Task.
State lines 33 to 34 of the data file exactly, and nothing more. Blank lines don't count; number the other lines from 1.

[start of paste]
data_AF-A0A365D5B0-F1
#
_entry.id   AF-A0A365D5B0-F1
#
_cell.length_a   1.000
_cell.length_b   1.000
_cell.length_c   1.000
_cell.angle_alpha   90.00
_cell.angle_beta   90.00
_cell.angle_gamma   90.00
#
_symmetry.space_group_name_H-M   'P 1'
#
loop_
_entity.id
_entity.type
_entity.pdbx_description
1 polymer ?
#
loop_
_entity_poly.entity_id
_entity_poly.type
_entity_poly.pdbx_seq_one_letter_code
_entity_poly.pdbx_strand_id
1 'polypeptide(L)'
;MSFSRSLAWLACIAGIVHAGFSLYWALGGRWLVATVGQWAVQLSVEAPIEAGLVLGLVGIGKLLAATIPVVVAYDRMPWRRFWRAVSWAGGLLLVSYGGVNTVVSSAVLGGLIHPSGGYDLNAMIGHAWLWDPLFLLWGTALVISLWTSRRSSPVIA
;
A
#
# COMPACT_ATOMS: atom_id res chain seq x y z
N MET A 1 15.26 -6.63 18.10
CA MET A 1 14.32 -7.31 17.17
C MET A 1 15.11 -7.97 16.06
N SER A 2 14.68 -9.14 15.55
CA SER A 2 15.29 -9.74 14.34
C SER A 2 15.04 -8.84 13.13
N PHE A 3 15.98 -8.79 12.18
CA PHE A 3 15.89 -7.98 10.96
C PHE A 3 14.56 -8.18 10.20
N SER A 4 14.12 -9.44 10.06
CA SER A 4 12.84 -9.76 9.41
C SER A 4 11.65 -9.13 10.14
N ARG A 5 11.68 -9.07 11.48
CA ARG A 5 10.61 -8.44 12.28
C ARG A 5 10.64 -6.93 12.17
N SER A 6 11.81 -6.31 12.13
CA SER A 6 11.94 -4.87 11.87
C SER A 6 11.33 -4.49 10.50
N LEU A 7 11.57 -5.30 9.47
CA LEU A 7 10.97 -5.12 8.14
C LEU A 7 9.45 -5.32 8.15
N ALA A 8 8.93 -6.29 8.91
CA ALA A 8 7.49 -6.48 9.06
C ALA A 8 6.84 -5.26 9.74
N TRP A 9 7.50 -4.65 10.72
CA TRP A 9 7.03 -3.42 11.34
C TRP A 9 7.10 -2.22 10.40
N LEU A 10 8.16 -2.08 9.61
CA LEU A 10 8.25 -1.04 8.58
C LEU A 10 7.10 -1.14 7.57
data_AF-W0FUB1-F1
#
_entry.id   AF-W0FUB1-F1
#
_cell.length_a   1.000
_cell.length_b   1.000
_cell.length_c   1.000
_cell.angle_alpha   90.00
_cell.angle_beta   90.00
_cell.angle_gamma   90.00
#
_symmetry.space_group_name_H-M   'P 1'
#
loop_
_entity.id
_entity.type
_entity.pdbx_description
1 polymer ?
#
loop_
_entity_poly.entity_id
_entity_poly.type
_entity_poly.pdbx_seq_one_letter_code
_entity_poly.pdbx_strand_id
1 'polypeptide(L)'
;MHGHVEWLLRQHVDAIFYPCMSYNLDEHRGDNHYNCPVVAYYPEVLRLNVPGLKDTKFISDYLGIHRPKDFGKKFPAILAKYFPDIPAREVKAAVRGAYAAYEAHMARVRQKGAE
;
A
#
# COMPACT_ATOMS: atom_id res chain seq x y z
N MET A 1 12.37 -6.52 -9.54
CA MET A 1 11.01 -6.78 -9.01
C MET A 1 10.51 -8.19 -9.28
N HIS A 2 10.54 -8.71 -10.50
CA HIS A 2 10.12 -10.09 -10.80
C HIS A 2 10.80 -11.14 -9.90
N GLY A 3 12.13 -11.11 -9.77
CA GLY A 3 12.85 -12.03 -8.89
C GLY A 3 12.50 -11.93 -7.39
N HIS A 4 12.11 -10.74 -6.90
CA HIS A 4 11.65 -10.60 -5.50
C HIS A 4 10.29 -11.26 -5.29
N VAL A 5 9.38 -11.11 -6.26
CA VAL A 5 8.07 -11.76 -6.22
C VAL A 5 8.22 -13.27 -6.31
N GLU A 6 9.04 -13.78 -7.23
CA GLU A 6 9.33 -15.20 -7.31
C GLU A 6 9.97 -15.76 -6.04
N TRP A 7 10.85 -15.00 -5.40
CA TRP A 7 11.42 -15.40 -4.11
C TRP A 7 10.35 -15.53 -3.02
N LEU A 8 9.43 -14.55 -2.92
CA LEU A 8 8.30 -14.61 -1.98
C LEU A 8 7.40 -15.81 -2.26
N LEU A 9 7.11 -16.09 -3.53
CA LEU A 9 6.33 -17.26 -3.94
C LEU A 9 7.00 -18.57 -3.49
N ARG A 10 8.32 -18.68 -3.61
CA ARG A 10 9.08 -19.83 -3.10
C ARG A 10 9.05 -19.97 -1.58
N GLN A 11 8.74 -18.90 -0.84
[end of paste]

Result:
C MET A 1 15.11 -7.97 16.06
N SER A 2 14.68 -9.14 15.55